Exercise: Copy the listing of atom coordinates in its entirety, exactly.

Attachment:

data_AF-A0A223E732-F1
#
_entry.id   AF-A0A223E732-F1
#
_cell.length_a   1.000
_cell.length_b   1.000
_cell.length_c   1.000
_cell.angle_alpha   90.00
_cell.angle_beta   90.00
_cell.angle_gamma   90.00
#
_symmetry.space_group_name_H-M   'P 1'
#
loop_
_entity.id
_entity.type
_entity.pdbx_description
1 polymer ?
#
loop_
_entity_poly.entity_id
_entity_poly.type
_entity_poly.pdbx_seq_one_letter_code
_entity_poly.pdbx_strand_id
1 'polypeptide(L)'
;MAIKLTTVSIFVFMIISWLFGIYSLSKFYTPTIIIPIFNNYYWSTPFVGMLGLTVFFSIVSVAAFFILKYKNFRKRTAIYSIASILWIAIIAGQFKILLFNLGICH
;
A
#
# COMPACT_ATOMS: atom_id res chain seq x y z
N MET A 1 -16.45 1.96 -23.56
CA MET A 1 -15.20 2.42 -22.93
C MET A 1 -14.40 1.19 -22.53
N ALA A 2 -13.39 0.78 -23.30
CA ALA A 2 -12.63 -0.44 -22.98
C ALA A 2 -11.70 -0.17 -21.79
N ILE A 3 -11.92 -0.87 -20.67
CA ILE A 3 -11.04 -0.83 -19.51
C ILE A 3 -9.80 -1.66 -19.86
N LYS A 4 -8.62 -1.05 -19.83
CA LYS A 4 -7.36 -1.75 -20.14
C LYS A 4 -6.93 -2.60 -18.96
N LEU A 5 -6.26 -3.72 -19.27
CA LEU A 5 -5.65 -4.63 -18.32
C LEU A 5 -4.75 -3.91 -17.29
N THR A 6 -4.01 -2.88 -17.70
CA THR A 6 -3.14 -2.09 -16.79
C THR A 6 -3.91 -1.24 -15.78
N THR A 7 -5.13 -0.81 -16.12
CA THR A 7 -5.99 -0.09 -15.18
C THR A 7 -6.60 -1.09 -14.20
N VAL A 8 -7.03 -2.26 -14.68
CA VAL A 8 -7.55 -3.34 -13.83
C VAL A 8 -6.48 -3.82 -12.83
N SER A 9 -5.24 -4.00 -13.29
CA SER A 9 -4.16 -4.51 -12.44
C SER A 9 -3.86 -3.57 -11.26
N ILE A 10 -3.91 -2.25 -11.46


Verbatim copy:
data_AF-A0A223E732-F1
#
_entry.id   AF-A0A223E732-F1
#
_cell.length_a   1.000
_cell.length_b   1.000
_cell.length_c   1.000
_cell.angle_alpha   90.00
_cell.angle_beta   90.00
_cell.angle_gamma   90.00
#
_symmetry.space_group_name_H-M   'P 1'
#
loop_
_entity.id
_entity.type
_entity.pdbx_description
1 polymer ?
#
loop_
_entity_poly.entity_id
_entity_poly.type
_entity_poly.pdbx_seq_one_letter_code
_entity_poly.pdbx_strand_id
1 'polypeptide(L)'
;MAIKLTTVSIFVFMIISWLFGIYSLSKFYTPTIIIPIFNNYYWSTPFVGMLGLTVFFSIVSVAAFFILKYKNFRKRTAIYSIASILWIAIIAGQFKILLFNLGICH
;
A
#
# COMPACT_ATOMS: atom_id res chain seq x y z
N MET A 1 -16.45 1.96 -23.56
CA MET A 1 -15.20 2.42 -22.93
C MET A 1 -14.40 1.19 -22.53
N ALA A 2 -13.39 0.78 -23.30
CA ALA A 2 -12.63 -0.44 -22.98
C ALA A 2 -11.70 -0.17 -21.79
N ILE A 3 -11.92 -0.87 -20.67
CA ILE A 3 -11.04 -0.83 -19.51
C ILE A 3 -9.80 -1.66 -19.86
N LYS A 4 -8.62 -1.05 -19.83
CA LYS A 4 -7.36 -1.75 -20.14
C LYS A 4 -6.93 -2.60 -18.96
N LEU A 5 -6.26 -3.72 -19.27
CA LEU A 5 -5.65 -4.63 -18.32
C LEU A 5 -4.75 -3.91 -17.29
N THR A 6 -4.01 -2.88 -17.70
CA THR A 6 -3.14 -2.09 -16.79
C THR A 6 -3.91 -1.24 -15.78
N THR A 7 -5.13 -0.81 -16.12
CA THR A 7 -5.99 -0.09 -15.18
C THR A 7 -6.60 -1.09 -14.20
N VAL A 8 -7.03 -2.26 -14.68
CA VAL A 8 -7.55 -3.34 -13.83
C VAL A 8 -6.48 -3.82 -12.83
N SER A 9 -5.24 -4.00 -13.29
CA SER A 9 -4.16 -4.51 -12.44
C SER A 9 -3.86 -3.57 -11.26
N ILE A 10 -3.91 -2.25 -11.46